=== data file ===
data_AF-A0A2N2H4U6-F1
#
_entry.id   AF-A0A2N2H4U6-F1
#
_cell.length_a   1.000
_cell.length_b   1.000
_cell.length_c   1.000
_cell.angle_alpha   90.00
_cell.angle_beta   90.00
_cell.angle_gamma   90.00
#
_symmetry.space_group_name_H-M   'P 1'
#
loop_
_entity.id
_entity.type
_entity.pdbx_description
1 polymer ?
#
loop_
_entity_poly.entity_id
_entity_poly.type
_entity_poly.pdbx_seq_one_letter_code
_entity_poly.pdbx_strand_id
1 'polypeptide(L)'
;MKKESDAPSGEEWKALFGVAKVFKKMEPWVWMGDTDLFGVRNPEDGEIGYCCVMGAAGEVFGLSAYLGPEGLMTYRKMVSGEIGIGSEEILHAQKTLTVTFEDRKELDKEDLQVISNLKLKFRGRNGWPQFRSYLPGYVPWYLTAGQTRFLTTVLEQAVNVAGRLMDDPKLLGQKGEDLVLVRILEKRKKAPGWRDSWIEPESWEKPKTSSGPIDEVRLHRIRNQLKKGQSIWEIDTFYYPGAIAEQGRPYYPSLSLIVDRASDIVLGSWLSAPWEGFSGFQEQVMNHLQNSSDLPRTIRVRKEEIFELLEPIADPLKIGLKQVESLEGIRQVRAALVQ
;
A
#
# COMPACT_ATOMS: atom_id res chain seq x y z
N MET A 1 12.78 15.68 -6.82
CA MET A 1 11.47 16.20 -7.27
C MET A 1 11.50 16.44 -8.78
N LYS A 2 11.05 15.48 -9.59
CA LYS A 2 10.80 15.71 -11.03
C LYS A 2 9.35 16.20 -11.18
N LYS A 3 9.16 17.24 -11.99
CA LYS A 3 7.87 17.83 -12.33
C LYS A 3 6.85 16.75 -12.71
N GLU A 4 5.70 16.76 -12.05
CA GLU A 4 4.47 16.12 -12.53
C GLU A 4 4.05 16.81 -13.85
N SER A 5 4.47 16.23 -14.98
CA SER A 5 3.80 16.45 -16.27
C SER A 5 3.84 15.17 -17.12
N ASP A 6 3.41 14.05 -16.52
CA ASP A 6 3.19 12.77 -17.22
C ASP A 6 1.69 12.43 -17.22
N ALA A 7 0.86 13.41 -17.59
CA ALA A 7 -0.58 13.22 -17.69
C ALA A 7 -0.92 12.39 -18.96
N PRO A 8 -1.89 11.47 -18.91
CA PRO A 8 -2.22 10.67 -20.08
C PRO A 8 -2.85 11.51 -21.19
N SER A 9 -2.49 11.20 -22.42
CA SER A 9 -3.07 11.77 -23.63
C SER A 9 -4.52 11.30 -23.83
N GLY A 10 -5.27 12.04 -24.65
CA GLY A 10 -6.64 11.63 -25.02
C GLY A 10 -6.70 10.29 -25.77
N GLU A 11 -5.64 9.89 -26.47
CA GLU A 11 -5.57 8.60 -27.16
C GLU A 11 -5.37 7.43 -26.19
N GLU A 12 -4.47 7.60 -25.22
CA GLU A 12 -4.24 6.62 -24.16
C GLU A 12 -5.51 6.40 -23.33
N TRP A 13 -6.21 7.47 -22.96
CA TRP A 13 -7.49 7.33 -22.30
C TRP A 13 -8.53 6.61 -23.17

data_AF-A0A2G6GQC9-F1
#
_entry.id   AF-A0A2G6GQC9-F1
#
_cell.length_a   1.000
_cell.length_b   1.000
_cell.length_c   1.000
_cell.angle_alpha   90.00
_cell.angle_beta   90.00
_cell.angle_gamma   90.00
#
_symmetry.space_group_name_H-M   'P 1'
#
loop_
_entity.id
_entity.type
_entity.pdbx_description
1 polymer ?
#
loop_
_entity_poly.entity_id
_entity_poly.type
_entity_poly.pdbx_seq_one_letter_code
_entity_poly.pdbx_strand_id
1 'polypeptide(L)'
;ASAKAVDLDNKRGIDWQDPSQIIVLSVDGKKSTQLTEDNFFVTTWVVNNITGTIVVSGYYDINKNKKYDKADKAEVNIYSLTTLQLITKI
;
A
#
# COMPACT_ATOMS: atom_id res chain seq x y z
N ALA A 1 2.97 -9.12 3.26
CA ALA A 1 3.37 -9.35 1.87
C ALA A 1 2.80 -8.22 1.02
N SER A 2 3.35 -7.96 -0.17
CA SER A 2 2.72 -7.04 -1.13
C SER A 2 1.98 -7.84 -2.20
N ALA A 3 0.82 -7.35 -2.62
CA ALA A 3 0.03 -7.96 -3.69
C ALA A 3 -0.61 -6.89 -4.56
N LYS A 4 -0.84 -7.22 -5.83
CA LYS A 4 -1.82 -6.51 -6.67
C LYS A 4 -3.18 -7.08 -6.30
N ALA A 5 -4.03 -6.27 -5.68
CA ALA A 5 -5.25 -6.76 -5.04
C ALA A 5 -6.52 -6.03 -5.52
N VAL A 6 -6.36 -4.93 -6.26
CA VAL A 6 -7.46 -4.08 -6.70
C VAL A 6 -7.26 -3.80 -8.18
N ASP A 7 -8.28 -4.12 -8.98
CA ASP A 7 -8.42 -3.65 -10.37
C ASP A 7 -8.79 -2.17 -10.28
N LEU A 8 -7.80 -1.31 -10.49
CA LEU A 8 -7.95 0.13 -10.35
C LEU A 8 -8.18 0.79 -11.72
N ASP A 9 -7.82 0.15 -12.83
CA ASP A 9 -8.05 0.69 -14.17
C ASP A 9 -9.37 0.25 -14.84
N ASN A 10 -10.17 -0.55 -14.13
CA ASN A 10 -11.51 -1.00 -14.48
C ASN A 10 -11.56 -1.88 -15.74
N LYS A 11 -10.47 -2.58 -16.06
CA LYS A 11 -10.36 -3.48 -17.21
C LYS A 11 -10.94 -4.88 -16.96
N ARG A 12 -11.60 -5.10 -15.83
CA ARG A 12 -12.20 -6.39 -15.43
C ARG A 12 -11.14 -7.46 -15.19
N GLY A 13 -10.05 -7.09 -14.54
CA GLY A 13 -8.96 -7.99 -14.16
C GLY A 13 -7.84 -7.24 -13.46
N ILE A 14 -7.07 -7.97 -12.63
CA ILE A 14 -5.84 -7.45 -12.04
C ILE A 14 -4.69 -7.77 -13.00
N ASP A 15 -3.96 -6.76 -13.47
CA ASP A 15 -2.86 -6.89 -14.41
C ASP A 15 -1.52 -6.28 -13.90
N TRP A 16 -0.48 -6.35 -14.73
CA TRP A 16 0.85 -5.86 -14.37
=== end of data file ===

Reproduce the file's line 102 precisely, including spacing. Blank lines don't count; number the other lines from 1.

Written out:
C ALA A 1 2.80 -8.22 1.02